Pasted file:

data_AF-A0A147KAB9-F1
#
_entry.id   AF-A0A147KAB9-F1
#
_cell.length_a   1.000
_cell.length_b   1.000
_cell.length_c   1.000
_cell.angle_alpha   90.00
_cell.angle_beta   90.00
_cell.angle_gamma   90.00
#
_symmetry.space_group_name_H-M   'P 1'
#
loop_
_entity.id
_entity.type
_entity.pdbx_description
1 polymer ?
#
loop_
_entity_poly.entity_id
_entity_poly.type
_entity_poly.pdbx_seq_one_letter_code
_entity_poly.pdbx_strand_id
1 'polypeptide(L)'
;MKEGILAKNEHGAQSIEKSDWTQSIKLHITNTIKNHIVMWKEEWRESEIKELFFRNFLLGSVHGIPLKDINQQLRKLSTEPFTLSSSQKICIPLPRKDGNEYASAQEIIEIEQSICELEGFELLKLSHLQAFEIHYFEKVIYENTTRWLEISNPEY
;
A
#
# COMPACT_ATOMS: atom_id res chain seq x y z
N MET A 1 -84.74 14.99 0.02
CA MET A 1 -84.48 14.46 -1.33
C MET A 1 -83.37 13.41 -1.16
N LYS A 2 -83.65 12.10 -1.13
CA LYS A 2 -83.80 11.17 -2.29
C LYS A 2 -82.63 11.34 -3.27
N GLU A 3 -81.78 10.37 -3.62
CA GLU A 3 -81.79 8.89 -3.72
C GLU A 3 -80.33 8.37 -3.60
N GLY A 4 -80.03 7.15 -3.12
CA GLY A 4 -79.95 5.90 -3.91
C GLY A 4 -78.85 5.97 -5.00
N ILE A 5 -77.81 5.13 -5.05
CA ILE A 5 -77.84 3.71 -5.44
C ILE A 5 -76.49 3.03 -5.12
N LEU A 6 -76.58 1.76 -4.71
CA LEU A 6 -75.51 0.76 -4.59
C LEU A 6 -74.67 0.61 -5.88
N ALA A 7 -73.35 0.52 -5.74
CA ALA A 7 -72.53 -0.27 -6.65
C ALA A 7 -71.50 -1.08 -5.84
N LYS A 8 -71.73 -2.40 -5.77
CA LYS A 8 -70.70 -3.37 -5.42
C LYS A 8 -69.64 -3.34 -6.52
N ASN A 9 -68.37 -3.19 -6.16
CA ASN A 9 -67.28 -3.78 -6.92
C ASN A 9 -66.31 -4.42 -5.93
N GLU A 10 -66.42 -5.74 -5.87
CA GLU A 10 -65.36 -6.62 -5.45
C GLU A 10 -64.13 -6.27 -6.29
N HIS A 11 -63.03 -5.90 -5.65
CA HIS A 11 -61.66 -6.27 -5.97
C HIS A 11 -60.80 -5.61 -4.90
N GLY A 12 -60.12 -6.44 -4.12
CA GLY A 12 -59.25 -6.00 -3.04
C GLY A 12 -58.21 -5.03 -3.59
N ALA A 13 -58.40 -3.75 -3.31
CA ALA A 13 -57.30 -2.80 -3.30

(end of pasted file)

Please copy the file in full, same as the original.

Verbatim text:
data_AF-A0A147KAB9-F1
#
_entry.id   AF-A0A147KAB9-F1
#
_cell.length_a   1.000
_cell.length_b   1.000
_cell.length_c   1.000
_cell.angle_alpha   90.00
_cell.angle_beta   90.00
_cell.angle_gamma   90.00
#
_symmetry.space_group_name_H-M   'P 1'
#
loop_
_entity.id
_entity.type
_entity.pdbx_description
1 polymer ?
#
loop_
_entity_poly.entity_id
_entity_poly.type
_entity_poly.pdbx_seq_one_letter_code
_entity_poly.pdbx_strand_id
1 'polypeptide(L)'
;MKEGILAKNEHGAQSIEKSDWTQSIKLHITNTIKNHIVMWKEEWRESEIKELFFRNFLLGSVHGIPLKDINQQLRKLSTEPFTLSSSQKICIPLPRKDGNEYASAQEIIEIEQSICELEGFELLKLSHLQAFEIHYFEKVIYENTTRWLEISNPEY
;
A
#
# COMPACT_ATOMS: atom_id res chain seq x y z
N MET A 1 -84.74 14.99 0.02
CA MET A 1 -84.48 14.46 -1.33
C MET A 1 -83.37 13.41 -1.16
N LYS A 2 -83.65 12.10 -1.13
CA LYS A 2 -83.80 11.17 -2.29
C LYS A 2 -82.63 11.34 -3.27
N GLU A 3 -81.78 10.37 -3.62
CA GLU A 3 -81.79 8.89 -3.72
C GLU A 3 -80.33 8.37 -3.60
N GLY A 4 -80.03 7.15 -3.12
CA GLY A 4 -79.95 5.90 -3.91
C GLY A 4 -78.85 5.97 -5.00
N ILE A 5 -77.81 5.13 -5.05
CA ILE A 5 -77.84 3.71 -5.44
C ILE A 5 -76.49 3.03 -5.12
N LEU A 6 -76.58 1.76 -4.71
CA LEU A 6 -75.51 0.76 -4.59
C LEU A 6 -74.67 0.61 -5.88
N ALA A 7 -73.35 0.52 -5.74
CA ALA A 7 -72.53 -0.27 -6.65
C ALA A 7 -71.50 -1.08 -5.84
N LYS A 8 -71.73 -2.40 -5.77
CA LYS A 8 -70.70 -3.37 -5.42
C LYS A 8 -69.64 -3.34 -6.52
N ASN A 9 -68.37 -3.19 -6.16
CA ASN A 9 -67.28 -3.78 -6.92
C ASN A 9 -66.31 -4.42 -5.93
N GLU A 10 -66.42 -5.74 -5.87
CA GLU A 10 -65.36 -6.62 -5.45
C GLU A 10 -64.13 -6.27 -6.29
N HIS A 11 -63.03 -5.90 -5.65
CA HIS A 11 -61.66 -6.27 -5.97
C HIS A 11 -60.80 -5.61 -4.90
N GLY A 12 -60.12 -6.44 -4.12
CA GLY A 12 -59.25 -6.00 -3.04
C GLY A 12 -58.21 -5.03 -3.59
N ALA A 13 -58.40 -3.75 -3.31
CA ALA A 13 -57.30 -2.80 -3.30